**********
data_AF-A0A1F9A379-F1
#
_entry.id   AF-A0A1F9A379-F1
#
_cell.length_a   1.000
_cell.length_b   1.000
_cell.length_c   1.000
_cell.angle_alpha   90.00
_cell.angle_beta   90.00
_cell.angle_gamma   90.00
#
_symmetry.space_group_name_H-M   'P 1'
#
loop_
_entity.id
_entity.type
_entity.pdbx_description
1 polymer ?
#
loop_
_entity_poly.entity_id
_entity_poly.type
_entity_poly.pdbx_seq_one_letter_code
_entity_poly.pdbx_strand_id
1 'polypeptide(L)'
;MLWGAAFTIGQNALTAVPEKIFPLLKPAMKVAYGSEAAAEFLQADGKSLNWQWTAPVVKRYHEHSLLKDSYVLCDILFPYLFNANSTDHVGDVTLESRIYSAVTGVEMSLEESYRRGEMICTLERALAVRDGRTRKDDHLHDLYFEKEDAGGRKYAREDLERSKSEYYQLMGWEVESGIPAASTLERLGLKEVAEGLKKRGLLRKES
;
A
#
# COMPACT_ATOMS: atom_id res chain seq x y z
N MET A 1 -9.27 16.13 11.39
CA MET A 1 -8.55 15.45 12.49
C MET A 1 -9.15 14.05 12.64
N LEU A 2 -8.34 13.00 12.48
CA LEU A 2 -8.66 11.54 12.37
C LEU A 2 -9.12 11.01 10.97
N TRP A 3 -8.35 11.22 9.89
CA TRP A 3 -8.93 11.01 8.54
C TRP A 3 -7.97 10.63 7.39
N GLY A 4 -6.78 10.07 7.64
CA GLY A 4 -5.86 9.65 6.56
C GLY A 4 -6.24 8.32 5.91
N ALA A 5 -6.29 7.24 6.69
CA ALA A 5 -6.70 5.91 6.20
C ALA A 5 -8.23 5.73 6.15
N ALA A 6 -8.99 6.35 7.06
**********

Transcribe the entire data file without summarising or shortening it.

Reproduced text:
data_AF-A0A1F9A379-F1
#
_entry.id   AF-A0A1F9A379-F1
#
_cell.length_a   1.000
_cell.length_b   1.000
_cell.length_c   1.000
_cell.angle_alpha   90.00
_cell.angle_beta   90.00
_cell.angle_gamma   90.00
#
_symmetry.space_group_name_H-M   'P 1'
#
loop_
_entity.id
_entity.type
_entity.pdbx_description
1 polymer ?
#
loop_
_entity_poly.entity_id
_entity_poly.type
_entity_poly.pdbx_seq_one_letter_code
_entity_poly.pdbx_strand_id
1 'polypeptide(L)'
;MLWGAAFTIGQNALTAVPEKIFPLLKPAMKVAYGSEAAAEFLQADGKSLNWQWTAPVVKRYHEHSLLKDSYVLCDILFPYLFNANSTDHVGDVTLESRIYSAVTGVEMSLEESYRRGEMICTLERALAVRDGRTRKDDHLHDLYFEKEDAGGRKYAREDLERSKSEYYQLMGWEVESGIPAASTLERLGLKEVAEGLKKRGLLRKES
;
A
#
# COMPACT_ATOMS: atom_id res chain seq x y z
N MET A 1 -9.27 16.13 11.39
CA MET A 1 -8.55 15.45 12.49
C MET A 1 -9.15 14.05 12.64
N LEU A 2 -8.34 13.00 12.48
CA LEU A 2 -8.66 11.54 12.37
C LEU A 2 -9.12 11.01 10.97
N TRP A 3 -8.35 11.22 9.89
CA TRP A 3 -8.93 11.01 8.54
C TRP A 3 -7.97 10.63 7.39
N GLY A 4 -6.78 10.07 7.64
CA GLY A 4 -5.86 9.65 6.56
C GLY A 4 -6.24 8.32 5.91
N ALA A 5 -6.29 7.24 6.69
CA ALA A 5 -6.70 5.91 6.20
C ALA A 5 -8.23 5.73 6.15
N ALA A 6 -8.99 6.35 7.06